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Unemployment statistics for the Great Depression show a remarkable collapse in the labor market in just a few years, with recovery that did not take place until the onset of World War II created an industrial demand that brought the economy back to prosperity. In addition to unemployment, workers during the Great Depression found themselves working in an atmosphere of insecurity for lower salaries and wages than before.

Depression Era Unemployment Statistics
Year
Population
Labor
Force
Unemployed
Percentage of
Labor Force
1929
88,010,000
49,440,000
1,550,000
3.14
1930
89,550,000
50,080,000
4,340,000
8.67
1931
90,710,000
50,680,000
8,020,000
15.82
1932
91,810,000
51,250,000
12,060,000
23.53
1933
92,950,000
51,840,000
12,830,000
24.75
1934
94,190,000
52,490,000
11,340,000
21.60
1935
95,460,000
53,140,000
10,610,000
19.97
1936
96,700,000
53,740,000
9,030,000
16.80
1937
97,870,000
54,320,000
7,700,000
14.18
1938
99,120,000
54,950,000
10,390,000
18.91
1939
100,360,000
55,600,000
9,480,000
17.05
1940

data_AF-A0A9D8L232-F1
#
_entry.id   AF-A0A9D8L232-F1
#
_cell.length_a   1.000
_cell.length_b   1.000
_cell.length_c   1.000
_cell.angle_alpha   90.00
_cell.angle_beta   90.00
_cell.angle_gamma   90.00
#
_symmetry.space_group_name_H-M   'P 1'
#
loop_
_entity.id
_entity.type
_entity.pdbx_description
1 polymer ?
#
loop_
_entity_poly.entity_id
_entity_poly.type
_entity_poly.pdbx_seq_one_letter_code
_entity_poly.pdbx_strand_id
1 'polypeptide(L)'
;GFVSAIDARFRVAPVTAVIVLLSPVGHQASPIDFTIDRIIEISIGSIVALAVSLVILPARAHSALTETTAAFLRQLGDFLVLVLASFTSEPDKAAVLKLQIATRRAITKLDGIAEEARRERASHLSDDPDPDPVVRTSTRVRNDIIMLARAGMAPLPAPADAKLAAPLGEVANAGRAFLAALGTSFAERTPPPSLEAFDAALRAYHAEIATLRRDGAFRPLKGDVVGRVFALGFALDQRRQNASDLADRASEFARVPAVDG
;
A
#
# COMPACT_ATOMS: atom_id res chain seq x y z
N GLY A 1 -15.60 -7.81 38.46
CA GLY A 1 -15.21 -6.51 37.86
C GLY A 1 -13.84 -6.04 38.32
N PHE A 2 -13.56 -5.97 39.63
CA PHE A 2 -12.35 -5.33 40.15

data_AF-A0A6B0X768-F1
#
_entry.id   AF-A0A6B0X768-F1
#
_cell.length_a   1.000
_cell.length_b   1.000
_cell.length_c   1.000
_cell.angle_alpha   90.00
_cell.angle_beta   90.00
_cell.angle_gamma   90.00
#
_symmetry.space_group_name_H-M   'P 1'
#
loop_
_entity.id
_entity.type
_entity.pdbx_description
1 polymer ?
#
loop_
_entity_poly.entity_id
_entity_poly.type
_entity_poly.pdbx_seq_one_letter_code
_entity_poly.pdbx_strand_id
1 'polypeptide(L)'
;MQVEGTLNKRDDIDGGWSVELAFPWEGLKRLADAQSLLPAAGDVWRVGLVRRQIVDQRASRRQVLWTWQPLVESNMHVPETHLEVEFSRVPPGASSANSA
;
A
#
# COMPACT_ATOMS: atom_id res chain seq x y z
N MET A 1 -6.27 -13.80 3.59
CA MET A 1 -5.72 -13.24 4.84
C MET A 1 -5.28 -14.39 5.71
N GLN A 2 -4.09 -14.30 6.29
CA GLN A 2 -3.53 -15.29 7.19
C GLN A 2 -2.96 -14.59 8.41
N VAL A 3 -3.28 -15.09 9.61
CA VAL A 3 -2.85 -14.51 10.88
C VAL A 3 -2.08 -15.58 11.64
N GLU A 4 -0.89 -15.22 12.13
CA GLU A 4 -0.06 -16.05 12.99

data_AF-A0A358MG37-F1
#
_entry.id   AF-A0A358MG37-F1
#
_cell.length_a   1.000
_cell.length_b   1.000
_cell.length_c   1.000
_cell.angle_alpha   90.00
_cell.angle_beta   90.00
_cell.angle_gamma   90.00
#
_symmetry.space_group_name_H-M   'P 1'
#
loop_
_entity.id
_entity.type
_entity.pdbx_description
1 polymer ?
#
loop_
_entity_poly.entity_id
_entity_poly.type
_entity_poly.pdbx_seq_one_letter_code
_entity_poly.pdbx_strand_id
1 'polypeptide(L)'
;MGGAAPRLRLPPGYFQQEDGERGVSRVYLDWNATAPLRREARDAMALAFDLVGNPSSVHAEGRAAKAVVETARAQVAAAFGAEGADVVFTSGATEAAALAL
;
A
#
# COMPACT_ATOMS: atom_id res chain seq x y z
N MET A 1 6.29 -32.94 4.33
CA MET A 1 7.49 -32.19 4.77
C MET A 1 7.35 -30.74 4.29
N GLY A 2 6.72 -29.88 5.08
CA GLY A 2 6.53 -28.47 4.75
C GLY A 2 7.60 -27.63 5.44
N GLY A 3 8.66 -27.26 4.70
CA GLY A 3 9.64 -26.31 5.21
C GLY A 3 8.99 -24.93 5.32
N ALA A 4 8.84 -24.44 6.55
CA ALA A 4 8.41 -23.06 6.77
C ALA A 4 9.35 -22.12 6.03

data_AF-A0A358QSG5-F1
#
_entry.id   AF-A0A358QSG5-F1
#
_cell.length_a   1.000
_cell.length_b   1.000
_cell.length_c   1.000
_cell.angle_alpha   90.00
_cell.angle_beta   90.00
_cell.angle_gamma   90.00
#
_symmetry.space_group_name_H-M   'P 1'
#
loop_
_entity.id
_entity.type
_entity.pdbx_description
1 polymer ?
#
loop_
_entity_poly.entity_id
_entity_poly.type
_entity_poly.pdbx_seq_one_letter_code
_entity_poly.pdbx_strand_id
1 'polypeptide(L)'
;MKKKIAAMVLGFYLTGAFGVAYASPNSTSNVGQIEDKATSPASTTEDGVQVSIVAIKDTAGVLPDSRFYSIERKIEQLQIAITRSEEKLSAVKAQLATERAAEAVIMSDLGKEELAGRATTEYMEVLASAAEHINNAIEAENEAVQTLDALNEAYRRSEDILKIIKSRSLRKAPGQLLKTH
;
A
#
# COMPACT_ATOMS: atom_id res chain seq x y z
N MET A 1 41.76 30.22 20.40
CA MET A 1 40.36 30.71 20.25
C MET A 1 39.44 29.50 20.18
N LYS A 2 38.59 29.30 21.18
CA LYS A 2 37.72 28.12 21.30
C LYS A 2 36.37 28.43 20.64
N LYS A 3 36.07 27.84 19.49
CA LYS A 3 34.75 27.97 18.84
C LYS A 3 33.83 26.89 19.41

101,560,000
56,180,000
8,120,000
14.45
1941
102,700,000
57,530,000
5,560,000
9.66
Despite the evidence of a national catastrophe, support for unemployment relief remained sketchy until FDR introduced the New Deal in 1933.

---- Selected Quotes ----

Quotes regarding Unemployment Statistics during the Great Depression.

By Jimmy Carter
Any system of economics is bankrupt if it sees either value or virtue in unemployment.
Accepting nomination for president, 1976 Democratic Convention

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The Great Depression: America 1929-1941 by Robert S. McElvaine.
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Hammer and Hoe: Alabama Communists During the Great Depression by Robin D.G. Kelley.
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